[Marxism] re: Ireland and Marxmail

Philip Ferguson philip.ferguson at canterbury.ac.nz
Wed Dec 13 00:28:07 MST 2006

JD wrote:

>Jim (I think you mean John as in John McAnulty - PF)
>I agree completely, especially in your assertion that on the wider Left
Irish struggle has become almost a non-issue.
>Because the current Adams/McGuinness leadership have destroyed any
of struggle in the Six Counties. They have succeeded in stifling debate,

weeding  out dissent and disengaging the republican movement from the
struggle against imperialism. In fact, they've been sucked in by the  
imperialist camp and have embraced neoliberalism.
>Sometime in the future someone should write a book on how they managed
pull off what has to be the greatest act of political betrayal in Irish

Well put.  

Actually someone has already written a book on how they managed to pull
it off - Ed Moloney's "A Secret History of the IRA" (which I'm reading
at present) goes meticulously through the actual mechanics of how it was

Really Adams should have been a bishop or a prince in medieval Italy.
What an operator.

Of course, the weakness of the Moloney book is that it is about the
technical aspects of how it is done - and brilliant on that score - but
a book of political analysis remains to be written.  

There is, however, a lot of good stuff on the Socialist Democracy
website in terms of analysing the political retreat and betrayal.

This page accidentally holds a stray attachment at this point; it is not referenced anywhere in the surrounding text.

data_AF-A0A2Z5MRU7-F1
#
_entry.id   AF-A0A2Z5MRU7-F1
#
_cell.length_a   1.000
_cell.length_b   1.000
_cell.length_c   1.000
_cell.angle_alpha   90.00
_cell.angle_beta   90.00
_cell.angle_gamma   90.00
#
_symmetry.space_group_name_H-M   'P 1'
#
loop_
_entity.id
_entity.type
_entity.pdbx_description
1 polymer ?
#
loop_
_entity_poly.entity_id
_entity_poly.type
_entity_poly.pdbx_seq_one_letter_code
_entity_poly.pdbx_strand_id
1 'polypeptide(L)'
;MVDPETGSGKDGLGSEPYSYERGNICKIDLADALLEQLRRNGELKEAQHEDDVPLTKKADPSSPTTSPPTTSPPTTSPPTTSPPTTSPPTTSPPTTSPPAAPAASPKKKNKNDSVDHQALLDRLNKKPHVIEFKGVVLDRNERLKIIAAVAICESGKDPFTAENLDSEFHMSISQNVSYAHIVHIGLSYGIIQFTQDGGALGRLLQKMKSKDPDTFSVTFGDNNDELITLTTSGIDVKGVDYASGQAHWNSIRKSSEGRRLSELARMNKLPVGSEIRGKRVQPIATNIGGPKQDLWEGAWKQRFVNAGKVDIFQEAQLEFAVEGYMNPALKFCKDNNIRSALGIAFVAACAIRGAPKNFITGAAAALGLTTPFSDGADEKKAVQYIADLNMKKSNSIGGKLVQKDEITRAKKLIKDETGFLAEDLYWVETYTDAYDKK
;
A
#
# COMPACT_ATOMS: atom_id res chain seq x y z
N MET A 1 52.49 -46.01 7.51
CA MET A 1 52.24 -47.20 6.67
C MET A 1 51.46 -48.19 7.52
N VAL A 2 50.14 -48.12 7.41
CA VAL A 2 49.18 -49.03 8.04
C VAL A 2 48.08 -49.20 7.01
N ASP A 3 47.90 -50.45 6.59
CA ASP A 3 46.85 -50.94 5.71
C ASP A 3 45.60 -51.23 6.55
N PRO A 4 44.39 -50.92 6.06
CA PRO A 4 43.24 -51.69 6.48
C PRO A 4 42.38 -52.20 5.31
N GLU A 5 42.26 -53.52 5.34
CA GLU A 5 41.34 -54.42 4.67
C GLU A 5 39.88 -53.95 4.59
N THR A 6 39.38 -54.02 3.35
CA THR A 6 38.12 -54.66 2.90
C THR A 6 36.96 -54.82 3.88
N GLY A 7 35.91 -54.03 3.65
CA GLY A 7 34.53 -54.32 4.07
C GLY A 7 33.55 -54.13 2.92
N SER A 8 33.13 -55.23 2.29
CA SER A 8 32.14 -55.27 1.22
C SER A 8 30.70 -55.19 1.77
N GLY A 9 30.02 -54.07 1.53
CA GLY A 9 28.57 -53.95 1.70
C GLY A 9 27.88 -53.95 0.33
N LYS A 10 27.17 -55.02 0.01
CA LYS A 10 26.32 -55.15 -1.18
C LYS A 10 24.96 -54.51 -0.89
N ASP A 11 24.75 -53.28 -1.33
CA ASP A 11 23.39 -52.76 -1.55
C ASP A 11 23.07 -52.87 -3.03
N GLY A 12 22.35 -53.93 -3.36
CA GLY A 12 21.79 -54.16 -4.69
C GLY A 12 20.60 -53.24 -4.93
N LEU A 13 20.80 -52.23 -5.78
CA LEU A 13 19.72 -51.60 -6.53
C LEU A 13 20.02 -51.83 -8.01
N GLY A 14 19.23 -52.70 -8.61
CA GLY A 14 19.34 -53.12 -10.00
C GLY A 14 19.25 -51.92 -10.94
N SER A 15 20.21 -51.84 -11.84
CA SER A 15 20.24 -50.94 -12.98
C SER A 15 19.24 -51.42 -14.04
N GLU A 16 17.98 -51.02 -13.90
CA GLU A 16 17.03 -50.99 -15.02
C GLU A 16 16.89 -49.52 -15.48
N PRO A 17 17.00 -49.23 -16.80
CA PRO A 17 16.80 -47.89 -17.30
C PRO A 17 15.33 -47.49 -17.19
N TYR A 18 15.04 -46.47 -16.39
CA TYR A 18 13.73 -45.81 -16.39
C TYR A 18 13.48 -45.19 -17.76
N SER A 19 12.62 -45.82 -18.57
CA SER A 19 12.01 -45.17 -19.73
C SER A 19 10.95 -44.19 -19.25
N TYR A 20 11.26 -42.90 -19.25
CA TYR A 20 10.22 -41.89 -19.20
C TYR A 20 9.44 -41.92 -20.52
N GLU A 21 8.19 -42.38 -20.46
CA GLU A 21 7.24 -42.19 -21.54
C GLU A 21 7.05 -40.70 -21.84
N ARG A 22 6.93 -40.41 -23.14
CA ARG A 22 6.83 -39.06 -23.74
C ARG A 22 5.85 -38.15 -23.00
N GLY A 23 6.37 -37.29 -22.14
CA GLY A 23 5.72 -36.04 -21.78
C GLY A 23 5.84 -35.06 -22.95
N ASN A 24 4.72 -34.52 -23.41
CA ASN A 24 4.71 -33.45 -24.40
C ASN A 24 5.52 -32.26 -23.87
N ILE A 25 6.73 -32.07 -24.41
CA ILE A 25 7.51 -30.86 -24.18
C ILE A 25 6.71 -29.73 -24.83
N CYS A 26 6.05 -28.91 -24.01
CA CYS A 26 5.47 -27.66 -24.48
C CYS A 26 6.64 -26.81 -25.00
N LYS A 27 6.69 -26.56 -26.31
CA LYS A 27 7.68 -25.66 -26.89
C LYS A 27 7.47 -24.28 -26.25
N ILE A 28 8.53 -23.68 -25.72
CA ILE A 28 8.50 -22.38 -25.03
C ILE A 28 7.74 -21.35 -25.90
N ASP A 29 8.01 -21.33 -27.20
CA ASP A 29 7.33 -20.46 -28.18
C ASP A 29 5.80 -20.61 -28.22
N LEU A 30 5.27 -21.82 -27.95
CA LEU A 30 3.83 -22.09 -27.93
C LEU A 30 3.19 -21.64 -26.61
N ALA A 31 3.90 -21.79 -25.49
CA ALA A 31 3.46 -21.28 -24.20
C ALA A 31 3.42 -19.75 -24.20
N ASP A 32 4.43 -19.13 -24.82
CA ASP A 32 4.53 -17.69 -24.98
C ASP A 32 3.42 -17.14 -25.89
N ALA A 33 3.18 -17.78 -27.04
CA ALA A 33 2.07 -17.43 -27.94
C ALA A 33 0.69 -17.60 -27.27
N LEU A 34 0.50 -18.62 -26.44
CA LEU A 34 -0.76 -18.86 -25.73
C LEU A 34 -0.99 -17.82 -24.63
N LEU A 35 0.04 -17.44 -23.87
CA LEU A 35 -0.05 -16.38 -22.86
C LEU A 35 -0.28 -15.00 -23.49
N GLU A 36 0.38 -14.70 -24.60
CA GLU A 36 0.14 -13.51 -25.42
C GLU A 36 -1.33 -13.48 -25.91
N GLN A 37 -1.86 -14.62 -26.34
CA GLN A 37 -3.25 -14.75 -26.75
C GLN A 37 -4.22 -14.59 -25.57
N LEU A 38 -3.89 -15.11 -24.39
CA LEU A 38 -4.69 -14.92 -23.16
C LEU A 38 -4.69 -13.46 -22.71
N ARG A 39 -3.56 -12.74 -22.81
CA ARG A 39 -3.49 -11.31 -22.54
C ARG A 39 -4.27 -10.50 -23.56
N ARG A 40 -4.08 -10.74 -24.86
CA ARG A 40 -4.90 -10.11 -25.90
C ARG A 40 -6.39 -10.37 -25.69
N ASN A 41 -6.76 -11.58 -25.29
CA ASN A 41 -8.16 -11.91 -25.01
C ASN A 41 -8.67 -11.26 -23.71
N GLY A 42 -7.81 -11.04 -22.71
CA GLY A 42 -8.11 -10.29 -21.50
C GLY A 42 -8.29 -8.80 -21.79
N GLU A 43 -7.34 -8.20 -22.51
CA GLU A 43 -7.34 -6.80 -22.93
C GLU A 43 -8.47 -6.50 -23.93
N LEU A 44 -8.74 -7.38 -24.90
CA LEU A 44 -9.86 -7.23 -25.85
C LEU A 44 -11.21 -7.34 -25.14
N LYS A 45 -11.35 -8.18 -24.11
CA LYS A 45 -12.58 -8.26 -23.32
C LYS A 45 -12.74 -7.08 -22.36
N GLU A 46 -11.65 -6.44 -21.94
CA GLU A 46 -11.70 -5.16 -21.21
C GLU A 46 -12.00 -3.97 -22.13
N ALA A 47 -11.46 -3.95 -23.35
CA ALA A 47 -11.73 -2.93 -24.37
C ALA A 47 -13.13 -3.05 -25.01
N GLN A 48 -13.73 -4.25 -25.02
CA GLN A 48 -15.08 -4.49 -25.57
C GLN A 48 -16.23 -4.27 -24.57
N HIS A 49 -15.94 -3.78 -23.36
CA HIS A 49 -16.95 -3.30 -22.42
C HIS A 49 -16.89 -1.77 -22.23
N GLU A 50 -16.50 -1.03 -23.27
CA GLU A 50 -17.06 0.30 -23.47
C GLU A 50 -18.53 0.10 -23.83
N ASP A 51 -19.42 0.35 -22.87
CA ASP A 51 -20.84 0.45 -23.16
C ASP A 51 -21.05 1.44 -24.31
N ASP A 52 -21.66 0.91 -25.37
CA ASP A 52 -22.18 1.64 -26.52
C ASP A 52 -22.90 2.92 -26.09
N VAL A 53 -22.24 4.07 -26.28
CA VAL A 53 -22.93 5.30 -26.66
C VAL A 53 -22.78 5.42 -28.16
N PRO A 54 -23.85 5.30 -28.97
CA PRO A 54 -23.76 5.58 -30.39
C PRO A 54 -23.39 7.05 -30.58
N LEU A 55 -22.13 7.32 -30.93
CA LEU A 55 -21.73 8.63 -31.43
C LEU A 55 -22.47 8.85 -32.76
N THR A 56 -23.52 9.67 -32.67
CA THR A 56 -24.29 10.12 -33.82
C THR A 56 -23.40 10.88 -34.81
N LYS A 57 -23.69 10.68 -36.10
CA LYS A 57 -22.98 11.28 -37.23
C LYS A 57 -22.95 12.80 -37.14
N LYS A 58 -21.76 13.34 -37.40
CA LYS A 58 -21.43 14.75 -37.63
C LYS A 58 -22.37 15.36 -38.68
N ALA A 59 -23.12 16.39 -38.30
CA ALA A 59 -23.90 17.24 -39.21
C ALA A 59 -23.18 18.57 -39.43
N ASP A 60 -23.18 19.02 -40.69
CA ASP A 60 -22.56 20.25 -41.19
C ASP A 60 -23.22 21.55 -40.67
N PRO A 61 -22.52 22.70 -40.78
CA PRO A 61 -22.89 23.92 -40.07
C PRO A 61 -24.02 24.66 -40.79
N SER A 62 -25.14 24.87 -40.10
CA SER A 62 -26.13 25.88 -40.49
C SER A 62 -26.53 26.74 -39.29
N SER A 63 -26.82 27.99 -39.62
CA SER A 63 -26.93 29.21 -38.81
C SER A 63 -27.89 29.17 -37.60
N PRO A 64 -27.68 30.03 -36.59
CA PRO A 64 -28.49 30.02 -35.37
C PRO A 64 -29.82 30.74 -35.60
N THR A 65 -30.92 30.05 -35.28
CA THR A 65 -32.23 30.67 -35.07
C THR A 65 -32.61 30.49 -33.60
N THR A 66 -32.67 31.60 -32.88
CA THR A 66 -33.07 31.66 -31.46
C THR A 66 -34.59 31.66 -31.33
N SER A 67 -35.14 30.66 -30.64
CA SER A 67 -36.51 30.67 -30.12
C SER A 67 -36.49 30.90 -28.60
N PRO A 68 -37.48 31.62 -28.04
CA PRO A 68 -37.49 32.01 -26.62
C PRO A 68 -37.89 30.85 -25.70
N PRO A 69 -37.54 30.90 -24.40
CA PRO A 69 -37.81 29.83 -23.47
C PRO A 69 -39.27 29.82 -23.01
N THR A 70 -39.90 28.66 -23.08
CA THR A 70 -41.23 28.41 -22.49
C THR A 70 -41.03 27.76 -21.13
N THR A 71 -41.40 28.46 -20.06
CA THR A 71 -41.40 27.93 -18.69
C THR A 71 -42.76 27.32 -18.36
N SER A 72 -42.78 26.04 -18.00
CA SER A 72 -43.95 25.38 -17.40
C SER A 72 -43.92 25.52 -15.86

I agree with you that it is the greatest act of political betrayal in
Irish history.  Every other betrayal was carried out by a minority
faction or at least a faction which was not dominant and so couldn't end
the struggle.  The IRA survived the establishment of the Free State, it
survived the De Valera split, it survived the MacBride split, it even
survived the fairly daft bombing campaign during WW2, it survived the
betrayals of Goulding and other Official leaders.  But Adams and his
clique have actually managed to do what none of these other traitors
have and actually bring about the demise of the IRA and the demise of
the national liberation struggle in any form (political or military).

The Brits must be finding it difficult to believe their luck.

On the other hand, of course, the Brits have always been very good at
identifying who in radical anti-colonial movements they can do business
with.  At the very time that Michael Collins appeared the 'hard man',
the Brits had worked out he was someone they could do business with and
the Brits seem to have identified 'hard men' like Adams and McGuinness
quite some time ago as people they could do business with.  


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